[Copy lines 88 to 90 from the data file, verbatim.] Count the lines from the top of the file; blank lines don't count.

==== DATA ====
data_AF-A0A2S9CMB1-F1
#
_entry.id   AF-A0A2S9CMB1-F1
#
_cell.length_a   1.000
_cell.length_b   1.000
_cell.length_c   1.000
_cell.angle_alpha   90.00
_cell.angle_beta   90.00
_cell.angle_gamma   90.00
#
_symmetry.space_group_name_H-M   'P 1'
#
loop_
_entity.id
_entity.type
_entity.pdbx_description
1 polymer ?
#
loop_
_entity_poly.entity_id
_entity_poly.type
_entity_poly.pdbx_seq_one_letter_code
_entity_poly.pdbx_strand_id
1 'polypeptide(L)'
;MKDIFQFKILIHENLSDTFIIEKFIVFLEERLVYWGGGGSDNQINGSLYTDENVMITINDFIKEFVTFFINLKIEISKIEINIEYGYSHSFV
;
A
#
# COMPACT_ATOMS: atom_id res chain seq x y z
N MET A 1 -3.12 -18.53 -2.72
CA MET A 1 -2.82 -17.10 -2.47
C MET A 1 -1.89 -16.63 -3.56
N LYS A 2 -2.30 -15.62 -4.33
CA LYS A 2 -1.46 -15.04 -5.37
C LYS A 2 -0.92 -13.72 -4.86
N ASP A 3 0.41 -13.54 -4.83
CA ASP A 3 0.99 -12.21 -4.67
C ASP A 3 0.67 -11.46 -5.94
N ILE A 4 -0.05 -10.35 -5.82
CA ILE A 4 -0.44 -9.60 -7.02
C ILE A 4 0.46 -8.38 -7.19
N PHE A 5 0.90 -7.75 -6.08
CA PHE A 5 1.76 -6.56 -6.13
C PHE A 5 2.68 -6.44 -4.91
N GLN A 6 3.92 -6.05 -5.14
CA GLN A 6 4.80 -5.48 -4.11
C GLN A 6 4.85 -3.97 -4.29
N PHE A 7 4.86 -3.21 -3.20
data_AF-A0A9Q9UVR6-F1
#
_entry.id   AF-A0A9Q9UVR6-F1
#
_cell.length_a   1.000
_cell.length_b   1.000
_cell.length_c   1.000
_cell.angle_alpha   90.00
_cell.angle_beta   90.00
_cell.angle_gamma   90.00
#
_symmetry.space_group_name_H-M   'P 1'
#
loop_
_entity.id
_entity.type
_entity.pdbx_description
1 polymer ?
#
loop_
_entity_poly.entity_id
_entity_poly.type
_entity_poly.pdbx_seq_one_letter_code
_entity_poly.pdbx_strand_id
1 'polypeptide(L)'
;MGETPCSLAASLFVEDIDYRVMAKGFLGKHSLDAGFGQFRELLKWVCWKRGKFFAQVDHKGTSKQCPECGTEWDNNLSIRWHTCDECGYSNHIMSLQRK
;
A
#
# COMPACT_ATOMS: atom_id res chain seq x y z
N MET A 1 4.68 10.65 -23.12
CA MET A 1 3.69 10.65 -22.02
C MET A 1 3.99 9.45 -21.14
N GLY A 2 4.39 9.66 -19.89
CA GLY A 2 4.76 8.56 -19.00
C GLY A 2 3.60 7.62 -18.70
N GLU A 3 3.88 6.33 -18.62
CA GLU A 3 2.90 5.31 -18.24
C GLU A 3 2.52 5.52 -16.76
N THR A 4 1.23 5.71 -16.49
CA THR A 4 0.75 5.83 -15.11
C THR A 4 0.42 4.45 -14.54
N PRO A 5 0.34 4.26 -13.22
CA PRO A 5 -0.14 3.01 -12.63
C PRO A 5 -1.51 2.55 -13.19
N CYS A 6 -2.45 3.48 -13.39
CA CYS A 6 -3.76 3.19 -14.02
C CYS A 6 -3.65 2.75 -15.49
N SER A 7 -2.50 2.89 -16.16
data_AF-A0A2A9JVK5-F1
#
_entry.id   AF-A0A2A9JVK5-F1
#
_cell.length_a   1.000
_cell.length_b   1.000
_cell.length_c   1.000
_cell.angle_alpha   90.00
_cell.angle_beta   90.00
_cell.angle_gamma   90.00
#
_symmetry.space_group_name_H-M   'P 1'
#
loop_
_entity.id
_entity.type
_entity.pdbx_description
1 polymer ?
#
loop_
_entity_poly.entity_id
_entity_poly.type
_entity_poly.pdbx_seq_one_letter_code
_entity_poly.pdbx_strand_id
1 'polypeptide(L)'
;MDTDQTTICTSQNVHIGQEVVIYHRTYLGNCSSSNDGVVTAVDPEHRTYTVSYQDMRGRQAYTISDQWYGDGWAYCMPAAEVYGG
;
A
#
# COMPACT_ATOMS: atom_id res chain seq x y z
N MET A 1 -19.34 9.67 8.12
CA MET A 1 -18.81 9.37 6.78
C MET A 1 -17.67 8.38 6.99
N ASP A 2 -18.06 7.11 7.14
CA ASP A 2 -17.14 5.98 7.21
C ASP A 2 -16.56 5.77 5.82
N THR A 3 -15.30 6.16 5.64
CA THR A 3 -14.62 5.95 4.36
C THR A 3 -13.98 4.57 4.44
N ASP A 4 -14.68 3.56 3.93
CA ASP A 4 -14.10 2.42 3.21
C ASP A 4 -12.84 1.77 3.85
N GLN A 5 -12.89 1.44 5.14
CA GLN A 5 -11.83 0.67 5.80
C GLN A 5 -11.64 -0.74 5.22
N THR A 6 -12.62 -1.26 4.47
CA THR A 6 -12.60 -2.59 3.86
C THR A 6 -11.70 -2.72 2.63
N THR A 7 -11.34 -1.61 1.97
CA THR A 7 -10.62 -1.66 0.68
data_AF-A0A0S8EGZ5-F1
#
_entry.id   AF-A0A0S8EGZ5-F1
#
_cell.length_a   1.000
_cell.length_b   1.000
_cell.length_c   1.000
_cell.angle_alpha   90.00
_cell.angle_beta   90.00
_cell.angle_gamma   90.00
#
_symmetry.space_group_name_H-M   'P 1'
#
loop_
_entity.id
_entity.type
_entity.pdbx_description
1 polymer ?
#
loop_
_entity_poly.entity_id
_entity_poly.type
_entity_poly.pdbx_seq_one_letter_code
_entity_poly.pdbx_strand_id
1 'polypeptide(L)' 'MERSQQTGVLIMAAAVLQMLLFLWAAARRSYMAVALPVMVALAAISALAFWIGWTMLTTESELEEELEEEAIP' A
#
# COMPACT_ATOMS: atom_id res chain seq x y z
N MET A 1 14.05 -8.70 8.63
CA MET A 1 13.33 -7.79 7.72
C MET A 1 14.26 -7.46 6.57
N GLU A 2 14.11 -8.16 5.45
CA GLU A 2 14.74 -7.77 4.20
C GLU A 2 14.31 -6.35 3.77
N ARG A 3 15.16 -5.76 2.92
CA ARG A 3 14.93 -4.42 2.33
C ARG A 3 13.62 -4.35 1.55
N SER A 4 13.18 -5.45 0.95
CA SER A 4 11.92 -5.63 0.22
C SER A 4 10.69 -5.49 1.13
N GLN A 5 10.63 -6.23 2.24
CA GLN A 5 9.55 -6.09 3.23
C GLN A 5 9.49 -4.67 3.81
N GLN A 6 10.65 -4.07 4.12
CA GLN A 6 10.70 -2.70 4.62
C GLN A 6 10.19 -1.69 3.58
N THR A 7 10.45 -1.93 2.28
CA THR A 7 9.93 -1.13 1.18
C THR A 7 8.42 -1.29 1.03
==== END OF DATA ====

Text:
C GLU A 3 2.52 5.52 -16.76
N THR A 4 1.23 5.71 -16.49
CA THR A 4 0.75 5.83 -15.11